The skills and capabilities required to find employment in the competitive market
A forward-thinking outlook on the education-to-career path
Avado’s CEO, Mark Creighton spoke to FE News.
UK job vacancies and unemployment rates have hit a record-breaking high, while people aged 18-24 who are not in education, employment or training (NEET) are at considerable record lows. This is according to the most recent Office of National Statistics and ‘NEET’ data.
While this should be celebrated, today the UK’s next generation of talent worry that they lack the necessary skills and capabilities to find employment in an increasingly competitive and crowded job market. How do you stand out from other candidates and secure the dream job? The truth is employers demand that a successful candidate can demonstrate experience in both academic and practical skills for their application to be considered.
But this leaves many stuck in the negative, never-ending and all so familiar loop – unable to gain experience because of a lacking career and also unable to get hired due to a lack of experience. The prioritisation of theoretical skills over practical capabilities is the reason so many recent graduates struggle to find entry-level positions.
This is a common concern faced by many young people who are starting their careers. For many, higher education is outdated. It is no longer a vibrant, fit for purpose solution to a career because it lacks connection to the needs of a globalised and digital workforce. I feel the same to be true from a business perspective. Tertiary education is not equipping our workforce with the tools they need to thrive, not to mention the capabilities a business needs to sustain growth in such a fast-paced, competitive environment.
Many individuals are looking to alternative education routes such as bootcamps, qualifications and apprenticeships to ensure the theoretical knowledge and practical skills they will learn are interconnected and able to support one another. Many businesses across the nation are also readily taking part. Take apprenticeships for example, where the development of hands-on workplace experience, is directly tailored to the industry of choice.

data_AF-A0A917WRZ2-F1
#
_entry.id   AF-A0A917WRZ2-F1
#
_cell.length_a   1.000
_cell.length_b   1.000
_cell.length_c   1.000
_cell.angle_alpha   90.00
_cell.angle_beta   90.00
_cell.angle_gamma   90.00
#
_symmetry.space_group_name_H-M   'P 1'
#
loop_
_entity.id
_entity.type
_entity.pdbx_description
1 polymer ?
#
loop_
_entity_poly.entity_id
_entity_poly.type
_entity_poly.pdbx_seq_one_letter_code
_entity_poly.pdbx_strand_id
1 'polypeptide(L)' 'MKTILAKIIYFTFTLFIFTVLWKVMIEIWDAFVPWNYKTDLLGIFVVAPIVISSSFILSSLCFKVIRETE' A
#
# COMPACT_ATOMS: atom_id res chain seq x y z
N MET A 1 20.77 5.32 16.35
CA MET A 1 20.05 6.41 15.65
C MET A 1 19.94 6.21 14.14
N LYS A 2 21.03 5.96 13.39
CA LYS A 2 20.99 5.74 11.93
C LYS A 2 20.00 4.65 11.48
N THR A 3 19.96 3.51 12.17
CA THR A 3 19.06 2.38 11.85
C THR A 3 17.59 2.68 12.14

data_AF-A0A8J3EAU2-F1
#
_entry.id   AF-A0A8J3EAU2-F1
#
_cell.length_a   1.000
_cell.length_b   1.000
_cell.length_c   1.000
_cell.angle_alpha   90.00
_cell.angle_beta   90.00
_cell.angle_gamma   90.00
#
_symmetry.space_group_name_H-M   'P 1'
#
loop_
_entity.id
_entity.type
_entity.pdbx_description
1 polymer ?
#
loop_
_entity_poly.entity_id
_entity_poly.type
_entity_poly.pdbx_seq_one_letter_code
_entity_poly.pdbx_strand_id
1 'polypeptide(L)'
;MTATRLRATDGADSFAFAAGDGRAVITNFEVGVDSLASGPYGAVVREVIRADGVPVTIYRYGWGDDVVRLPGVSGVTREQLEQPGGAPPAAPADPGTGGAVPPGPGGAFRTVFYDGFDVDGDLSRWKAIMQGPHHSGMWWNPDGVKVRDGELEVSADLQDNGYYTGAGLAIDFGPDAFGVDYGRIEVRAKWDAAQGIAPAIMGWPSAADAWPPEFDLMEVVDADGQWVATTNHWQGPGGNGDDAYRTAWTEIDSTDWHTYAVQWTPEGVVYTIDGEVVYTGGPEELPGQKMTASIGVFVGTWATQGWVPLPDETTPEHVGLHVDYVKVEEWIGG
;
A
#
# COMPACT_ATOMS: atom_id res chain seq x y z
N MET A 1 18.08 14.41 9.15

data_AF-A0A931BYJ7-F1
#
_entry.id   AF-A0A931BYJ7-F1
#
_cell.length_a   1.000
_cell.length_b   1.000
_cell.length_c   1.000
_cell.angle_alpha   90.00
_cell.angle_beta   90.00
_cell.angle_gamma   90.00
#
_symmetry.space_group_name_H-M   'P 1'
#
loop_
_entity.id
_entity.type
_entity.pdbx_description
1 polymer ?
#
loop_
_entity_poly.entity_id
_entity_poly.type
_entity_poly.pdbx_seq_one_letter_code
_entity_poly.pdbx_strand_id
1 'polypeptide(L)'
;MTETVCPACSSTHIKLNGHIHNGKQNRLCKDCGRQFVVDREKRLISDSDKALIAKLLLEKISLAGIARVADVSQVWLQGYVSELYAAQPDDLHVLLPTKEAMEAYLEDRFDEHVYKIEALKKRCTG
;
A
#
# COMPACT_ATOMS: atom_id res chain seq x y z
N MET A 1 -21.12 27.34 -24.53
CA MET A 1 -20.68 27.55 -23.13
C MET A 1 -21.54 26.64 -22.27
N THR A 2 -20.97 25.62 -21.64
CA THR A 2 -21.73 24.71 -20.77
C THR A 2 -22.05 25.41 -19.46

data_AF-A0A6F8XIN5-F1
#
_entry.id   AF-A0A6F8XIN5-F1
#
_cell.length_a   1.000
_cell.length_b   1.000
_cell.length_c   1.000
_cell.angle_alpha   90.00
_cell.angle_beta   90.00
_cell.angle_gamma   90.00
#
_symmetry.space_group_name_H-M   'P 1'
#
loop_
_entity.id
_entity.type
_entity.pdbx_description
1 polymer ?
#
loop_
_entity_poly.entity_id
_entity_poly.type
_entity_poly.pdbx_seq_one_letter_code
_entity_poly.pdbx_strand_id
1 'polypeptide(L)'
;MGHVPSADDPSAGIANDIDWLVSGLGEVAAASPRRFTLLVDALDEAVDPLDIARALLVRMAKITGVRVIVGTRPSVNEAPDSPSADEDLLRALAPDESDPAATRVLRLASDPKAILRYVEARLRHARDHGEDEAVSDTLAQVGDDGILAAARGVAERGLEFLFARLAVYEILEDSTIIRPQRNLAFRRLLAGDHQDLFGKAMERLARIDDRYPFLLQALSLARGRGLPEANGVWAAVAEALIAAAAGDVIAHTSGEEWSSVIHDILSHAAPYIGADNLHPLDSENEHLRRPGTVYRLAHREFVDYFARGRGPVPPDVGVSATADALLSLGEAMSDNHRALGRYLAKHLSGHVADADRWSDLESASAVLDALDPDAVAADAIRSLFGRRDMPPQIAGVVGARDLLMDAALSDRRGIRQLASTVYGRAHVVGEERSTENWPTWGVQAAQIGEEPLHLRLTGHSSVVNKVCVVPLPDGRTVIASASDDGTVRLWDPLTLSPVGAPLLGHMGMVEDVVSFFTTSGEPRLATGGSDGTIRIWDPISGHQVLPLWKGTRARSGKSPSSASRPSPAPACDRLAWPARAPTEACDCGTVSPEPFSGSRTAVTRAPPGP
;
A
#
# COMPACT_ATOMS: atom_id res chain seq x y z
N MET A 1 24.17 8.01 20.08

Recent government data demonstrates that apprenticeships are providing hundreds of thousands of candidates with relevant capabilities to find employment. Knowing how crucial the development of capabilities is to our future workforce, alternatives skills pathways are increasing in popularity and importance for young people and businesses alike. This was made clear in the research we at Avado commissioned that looks at the widening skills gap, called Beyond Skills.
Pria Duncan is an example of this, who, at the young age of 23 discovered Avado’s youth work-readiness programme called FastFutures where she was, free of charge, able to develop the necessary skills to meet the needs of current employers and kickstart her career.
“Prior to FastFutures, I was acting as a secondary carer for my nephew, and I was doing digital marketing internships, a bit of accounts and admin, assistant roles – just trying to build up a skillset. I felt that with my choice of A-Levels I didn’t have that many options, and the fact that I don’t have a degree, I thought my options were limited. I was applying regularly but wasn’t making much traction or getting any feedback.
Then I came across the Avado FastFutures programme – what drew me to it was the idea of being able to cover so many different modules in so many different areas – data, finance and marketing, coupled with the practical and social skills that would actually help me when it comes to applying for jobs and sitting interviews. Being able to garner the necessary skills and capabilities that businesses really need to thrive today was crucial.
Having mentorship and networking opportunities at the beginning of my career has been life changing. Today I am a researcher for a show on the Sky Arts channel, and I don’t even have a degree!”
The conversation around skills is circular, and the university model needs to evolve significantly to meet the needs of employers. Capability development will be the way forward for the future of our workforce, and the ONS data surrounding record-high job vacancies is a critical reminder of this. More attention is needed for our youth workforce, and alternative skills pathways to career opportunities are a large piece of this puzzle.